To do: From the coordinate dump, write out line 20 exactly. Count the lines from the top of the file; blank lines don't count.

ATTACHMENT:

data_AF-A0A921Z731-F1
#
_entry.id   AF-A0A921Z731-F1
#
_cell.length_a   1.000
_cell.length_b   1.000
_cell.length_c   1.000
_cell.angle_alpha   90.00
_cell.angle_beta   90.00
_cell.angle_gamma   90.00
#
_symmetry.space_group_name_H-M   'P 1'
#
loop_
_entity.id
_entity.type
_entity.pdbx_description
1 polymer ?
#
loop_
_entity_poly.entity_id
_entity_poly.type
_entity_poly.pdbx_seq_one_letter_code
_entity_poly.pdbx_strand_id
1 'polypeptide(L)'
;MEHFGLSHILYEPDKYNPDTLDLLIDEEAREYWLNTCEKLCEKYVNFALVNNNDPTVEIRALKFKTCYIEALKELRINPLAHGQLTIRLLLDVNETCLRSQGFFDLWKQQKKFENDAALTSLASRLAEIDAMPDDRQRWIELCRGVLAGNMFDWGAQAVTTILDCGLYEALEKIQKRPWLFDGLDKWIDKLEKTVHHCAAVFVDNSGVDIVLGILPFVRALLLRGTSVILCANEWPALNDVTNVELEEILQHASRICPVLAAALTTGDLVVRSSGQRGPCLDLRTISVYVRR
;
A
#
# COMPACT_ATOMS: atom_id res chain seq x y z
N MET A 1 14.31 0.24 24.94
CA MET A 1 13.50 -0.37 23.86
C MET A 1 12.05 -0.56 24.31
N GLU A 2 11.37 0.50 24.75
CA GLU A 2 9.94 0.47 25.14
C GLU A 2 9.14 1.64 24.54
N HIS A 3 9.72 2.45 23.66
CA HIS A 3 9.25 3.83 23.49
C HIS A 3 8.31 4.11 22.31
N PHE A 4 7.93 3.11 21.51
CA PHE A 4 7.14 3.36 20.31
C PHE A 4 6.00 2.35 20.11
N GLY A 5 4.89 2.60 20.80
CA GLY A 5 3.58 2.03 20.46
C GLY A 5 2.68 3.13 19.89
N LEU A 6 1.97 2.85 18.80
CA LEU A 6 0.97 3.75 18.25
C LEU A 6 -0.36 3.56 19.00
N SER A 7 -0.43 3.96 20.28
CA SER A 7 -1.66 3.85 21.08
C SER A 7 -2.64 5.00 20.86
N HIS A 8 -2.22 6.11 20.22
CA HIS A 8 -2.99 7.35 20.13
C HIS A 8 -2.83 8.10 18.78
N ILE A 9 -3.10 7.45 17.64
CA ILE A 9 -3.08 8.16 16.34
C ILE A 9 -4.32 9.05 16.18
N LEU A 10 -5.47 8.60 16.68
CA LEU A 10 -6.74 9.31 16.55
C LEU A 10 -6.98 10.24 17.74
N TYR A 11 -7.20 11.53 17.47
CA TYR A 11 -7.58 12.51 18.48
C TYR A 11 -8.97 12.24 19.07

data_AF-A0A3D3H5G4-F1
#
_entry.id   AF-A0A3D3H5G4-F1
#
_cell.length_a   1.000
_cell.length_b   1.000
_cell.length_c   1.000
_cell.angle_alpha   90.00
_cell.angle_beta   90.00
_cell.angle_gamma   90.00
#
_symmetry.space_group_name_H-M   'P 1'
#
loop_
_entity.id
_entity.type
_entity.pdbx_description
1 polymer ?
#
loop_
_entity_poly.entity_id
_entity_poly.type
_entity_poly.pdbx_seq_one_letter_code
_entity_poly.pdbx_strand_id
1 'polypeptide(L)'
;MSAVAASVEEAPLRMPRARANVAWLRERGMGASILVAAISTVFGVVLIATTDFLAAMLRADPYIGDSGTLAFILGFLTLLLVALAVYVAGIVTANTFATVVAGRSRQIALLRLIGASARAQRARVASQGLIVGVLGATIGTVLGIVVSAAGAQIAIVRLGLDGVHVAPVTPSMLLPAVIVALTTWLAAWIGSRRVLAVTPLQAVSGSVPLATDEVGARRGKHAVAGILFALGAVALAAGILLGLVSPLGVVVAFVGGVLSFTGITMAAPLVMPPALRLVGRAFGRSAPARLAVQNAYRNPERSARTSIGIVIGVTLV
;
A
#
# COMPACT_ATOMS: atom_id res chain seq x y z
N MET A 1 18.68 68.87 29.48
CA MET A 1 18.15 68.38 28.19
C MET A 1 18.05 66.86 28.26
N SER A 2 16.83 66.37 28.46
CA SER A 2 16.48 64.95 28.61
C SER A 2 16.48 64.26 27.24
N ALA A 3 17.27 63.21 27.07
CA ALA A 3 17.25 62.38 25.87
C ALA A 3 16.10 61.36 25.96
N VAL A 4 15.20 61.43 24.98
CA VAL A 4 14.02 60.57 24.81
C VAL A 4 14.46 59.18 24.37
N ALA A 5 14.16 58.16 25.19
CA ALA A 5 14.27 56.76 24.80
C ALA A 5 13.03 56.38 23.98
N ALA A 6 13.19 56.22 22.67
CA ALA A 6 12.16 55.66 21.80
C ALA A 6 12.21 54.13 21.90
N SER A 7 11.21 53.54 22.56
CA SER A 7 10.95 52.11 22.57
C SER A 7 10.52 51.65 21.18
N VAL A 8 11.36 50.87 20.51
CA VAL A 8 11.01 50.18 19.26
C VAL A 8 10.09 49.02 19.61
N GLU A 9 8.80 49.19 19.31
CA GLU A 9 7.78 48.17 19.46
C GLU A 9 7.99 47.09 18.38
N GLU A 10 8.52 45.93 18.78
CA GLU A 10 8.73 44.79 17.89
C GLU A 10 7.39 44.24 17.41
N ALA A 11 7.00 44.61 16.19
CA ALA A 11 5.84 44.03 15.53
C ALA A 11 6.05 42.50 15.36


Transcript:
loop_